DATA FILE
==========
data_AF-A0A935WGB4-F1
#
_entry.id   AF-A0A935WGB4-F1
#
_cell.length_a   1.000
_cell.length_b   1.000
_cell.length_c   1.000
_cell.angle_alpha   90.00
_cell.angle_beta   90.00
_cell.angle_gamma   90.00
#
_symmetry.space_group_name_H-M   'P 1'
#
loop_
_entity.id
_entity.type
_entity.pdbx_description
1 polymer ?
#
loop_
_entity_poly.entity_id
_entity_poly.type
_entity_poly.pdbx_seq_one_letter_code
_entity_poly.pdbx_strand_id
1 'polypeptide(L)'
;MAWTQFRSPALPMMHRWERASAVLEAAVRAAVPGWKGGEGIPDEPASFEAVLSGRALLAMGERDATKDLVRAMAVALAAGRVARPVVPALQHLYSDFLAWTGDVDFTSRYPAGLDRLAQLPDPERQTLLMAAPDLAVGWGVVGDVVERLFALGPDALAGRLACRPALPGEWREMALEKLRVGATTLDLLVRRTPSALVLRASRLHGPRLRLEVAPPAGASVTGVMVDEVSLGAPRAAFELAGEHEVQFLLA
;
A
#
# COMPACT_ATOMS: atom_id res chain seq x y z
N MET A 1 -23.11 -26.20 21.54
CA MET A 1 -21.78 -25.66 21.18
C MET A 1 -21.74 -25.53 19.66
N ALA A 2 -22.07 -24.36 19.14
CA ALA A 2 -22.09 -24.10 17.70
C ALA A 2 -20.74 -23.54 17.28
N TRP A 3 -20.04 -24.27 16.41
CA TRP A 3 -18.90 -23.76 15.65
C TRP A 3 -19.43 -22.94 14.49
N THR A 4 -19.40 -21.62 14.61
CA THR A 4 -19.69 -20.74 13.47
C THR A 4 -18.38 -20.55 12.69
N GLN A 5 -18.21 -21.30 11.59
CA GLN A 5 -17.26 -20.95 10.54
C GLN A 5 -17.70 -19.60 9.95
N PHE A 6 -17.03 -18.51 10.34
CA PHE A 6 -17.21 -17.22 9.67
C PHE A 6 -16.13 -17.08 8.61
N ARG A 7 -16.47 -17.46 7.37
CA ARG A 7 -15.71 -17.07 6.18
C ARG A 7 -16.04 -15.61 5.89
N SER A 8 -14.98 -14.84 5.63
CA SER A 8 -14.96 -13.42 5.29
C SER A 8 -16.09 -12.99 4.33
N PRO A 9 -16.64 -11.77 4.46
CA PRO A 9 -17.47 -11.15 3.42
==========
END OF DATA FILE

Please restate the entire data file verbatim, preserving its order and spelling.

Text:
data_AF-A0A935WGB4-F1
#
_entry.id   AF-A0A935WGB4-F1
#
_cell.length_a   1.000
_cell.length_b   1.000
_cell.length_c   1.000
_cell.angle_alpha   90.00
_cell.angle_beta   90.00
_cell.angle_gamma   90.00
#
_symmetry.space_group_name_H-M   'P 1'
#
loop_
_entity.id
_entity.type
_entity.pdbx_description
1 polymer ?
#
loop_
_entity_poly.entity_id
_entity_poly.type
_entity_poly.pdbx_seq_one_letter_code
_entity_poly.pdbx_strand_id
1 'polypeptide(L)'
;MAWTQFRSPALPMMHRWERASAVLEAAVRAAVPGWKGGEGIPDEPASFEAVLSGRALLAMGERDATKDLVRAMAVALAAGRVARPVVPALQHLYSDFLAWTGDVDFTSRYPAGLDRLAQLPDPERQTLLMAAPDLAVGWGVVGDVVERLFALGPDALAGRLACRPALPGEWREMALEKLRVGATTLDLLVRRTPSALVLRASRLHGPRLRLEVAPPAGASVTGVMVDEVSLGAPRAAFELAGEHEVQFLLA
;
A
#
# COMPACT_ATOMS: atom_id res chain seq x y z
N MET A 1 -23.11 -26.20 21.54
CA MET A 1 -21.78 -25.66 21.18
C MET A 1 -21.74 -25.53 19.66
N ALA A 2 -22.07 -24.36 19.14
CA ALA A 2 -22.09 -24.10 17.70
C ALA A 2 -20.74 -23.54 17.28
N TRP A 3 -20.04 -24.27 16.41
CA TRP A 3 -18.90 -23.76 15.65
C TRP A 3 -19.43 -22.94 14.49
N THR A 4 -19.40 -21.62 14.61
CA THR A 4 -19.69 -20.74 13.47
C THR A 4 -18.38 -20.55 12.69
N GLN A 5 -18.21 -21.30 11.59
CA GLN A 5 -17.26 -20.95 10.54
C GLN A 5 -17.70 -19.60 9.95
N PHE A 6 -17.03 -18.51 10.34
CA PHE A 6 -17.21 -17.22 9.67
C PHE A 6 -16.13 -17.08 8.61
N ARG A 7 -16.47 -17.46 7.37
CA ARG A 7 -15.71 -17.07 6.18
C ARG A 7 -16.04 -15.61 5.89
N SER A 8 -14.98 -14.84 5.63
CA SER A 8 -14.96 -13.42 5.29
C SER A 8 -16.09 -12.99 4.33
N PRO A 9 -16.64 -11.77 4.46
CA PRO A 9 -17.47 -11.15 3.42